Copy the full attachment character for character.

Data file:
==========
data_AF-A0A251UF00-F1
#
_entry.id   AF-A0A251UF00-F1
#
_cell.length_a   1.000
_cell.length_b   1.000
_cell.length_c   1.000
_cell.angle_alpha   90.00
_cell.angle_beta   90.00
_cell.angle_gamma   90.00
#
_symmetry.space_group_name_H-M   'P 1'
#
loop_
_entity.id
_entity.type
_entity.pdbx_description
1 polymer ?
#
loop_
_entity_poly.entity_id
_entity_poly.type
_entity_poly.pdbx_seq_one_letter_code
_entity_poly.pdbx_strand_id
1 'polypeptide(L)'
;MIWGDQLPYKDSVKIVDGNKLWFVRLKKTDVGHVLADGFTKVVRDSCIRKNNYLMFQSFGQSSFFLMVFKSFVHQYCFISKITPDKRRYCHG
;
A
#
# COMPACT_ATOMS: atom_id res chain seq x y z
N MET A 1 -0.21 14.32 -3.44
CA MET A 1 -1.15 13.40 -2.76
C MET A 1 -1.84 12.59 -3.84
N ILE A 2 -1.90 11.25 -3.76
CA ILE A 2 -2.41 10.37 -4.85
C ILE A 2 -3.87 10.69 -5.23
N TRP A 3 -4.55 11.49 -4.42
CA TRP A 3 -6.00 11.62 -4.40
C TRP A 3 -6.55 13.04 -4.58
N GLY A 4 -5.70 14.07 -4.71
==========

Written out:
data_AF-A0A251UF00-F1
#
_entry.id   AF-A0A251UF00-F1
#
_cell.length_a   1.000
_cell.length_b   1.000
_cell.length_c   1.000
_cell.angle_alpha   90.00
_cell.angle_beta   90.00
_cell.angle_gamma   90.00
#
_symmetry.space_group_name_H-M   'P 1'
#
loop_
_entity.id
_entity.type
_entity.pdbx_description
1 polymer ?
#
loop_
_entity_poly.entity_id
_entity_poly.type
_entity_poly.pdbx_seq_one_letter_code
_entity_poly.pdbx_strand_id
1 'polypeptide(L)'
;MIWGDQLPYKDSVKIVDGNKLWFVRLKKTDVGHVLADGFTKVVRDSCIRKNNYLMFQSFGQSSFFLMVFKSFVHQYCFISKITPDKRRYCHG
;
A
#
# COMPACT_ATOMS: atom_id res chain seq x y z
N MET A 1 -0.21 14.32 -3.44
CA MET A 1 -1.15 13.40 -2.76
C MET A 1 -1.84 12.59 -3.84
N ILE A 2 -1.90 11.25 -3.76
CA ILE A 2 -2.41 10.37 -4.85
C ILE A 2 -3.87 10.69 -5.23
N TRP A 3 -4.55 11.49 -4.42
CA TRP A 3 -6.00 11.62 -4.40
C TRP A 3 -6.55 13.04 -4.58
N GLY A 4 -5.70 14.07 -4.71